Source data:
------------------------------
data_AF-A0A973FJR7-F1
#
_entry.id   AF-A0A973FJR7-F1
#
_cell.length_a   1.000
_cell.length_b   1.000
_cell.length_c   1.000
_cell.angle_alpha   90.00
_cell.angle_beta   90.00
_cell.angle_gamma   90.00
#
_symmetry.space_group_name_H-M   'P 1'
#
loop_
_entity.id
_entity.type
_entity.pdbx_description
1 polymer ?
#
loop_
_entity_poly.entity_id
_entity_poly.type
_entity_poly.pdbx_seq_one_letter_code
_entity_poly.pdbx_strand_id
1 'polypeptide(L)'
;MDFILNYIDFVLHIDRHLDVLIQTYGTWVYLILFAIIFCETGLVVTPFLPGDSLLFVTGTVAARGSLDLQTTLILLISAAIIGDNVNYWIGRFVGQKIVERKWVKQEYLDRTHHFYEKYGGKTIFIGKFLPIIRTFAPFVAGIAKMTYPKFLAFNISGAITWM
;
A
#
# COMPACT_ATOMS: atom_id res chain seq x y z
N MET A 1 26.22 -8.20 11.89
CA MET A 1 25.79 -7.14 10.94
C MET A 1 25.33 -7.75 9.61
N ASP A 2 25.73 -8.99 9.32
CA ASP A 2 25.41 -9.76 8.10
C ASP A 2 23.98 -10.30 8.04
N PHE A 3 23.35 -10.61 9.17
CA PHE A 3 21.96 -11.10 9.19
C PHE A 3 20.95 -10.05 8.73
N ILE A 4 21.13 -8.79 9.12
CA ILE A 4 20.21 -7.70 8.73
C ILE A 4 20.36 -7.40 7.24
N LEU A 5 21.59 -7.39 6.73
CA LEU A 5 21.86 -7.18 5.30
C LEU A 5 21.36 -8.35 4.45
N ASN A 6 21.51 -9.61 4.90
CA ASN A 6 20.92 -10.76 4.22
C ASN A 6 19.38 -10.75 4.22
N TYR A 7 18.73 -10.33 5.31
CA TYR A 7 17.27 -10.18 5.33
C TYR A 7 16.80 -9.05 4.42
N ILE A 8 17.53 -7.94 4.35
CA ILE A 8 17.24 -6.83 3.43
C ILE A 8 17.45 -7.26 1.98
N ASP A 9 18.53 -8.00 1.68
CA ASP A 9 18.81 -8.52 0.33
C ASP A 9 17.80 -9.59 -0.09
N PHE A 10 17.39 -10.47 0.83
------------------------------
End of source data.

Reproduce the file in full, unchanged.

data_AF-A0A973FJR7-F1
#
_entry.id   AF-A0A973FJR7-F1
#
_cell.length_a   1.000
_cell.length_b   1.000
_cell.length_c   1.000
_cell.angle_alpha   90.00
_cell.angle_beta   90.00
_cell.angle_gamma   90.00
#
_symmetry.space_group_name_H-M   'P 1'
#
loop_
_entity.id
_entity.type
_entity.pdbx_description
1 polymer ?
#
loop_
_entity_poly.entity_id
_entity_poly.type
_entity_poly.pdbx_seq_one_letter_code
_entity_poly.pdbx_strand_id
1 'polypeptide(L)'
;MDFILNYIDFVLHIDRHLDVLIQTYGTWVYLILFAIIFCETGLVVTPFLPGDSLLFVTGTVAARGSLDLQTTLILLISAAIIGDNVNYWIGRFVGQKIVERKWVKQEYLDRTHHFYEKYGGKTIFIGKFLPIIRTFAPFVAGIAKMTYPKFLAFNISGAITWM
;
A
#
# COMPACT_ATOMS: atom_id res chain seq x y z
N MET A 1 26.22 -8.20 11.89
CA MET A 1 25.79 -7.14 10.94
C MET A 1 25.33 -7.75 9.61
N ASP A 2 25.73 -8.99 9.32
CA ASP A 2 25.41 -9.76 8.10
C ASP A 2 23.98 -10.30 8.04
N PHE A 3 23.35 -10.61 9.17
CA PHE A 3 21.96 -11.10 9.19
C PHE A 3 20.95 -10.05 8.73
N ILE A 4 21.13 -8.79 9.12
CA ILE A 4 20.21 -7.70 8.73
C ILE A 4 20.36 -7.40 7.24
N LEU A 5 21.59 -7.39 6.73
CA LEU A 5 21.86 -7.18 5.30
C LEU A 5 21.36 -8.35 4.45
N ASN A 6 21.51 -9.61 4.90
CA ASN A 6 20.92 -10.76 4.22
C ASN A 6 19.38 -10.75 4.22
N TYR A 7 18.73 -10.33 5.31
CA TYR A 7 17.27 -10.18 5.33
C TYR A 7 16.80 -9.05 4.42
N ILE A 8 17.53 -7.94 4.35
CA ILE A 8 17.24 -6.83 3.43
C ILE A 8 17.45 -7.26 1.98
N ASP A 9 18.53 -8.00 1.68
CA ASP A 9 18.81 -8.52 0.33
C ASP A 9 17.80 -9.59 -0.09
N PHE A 10 17.39 -10.47 0.83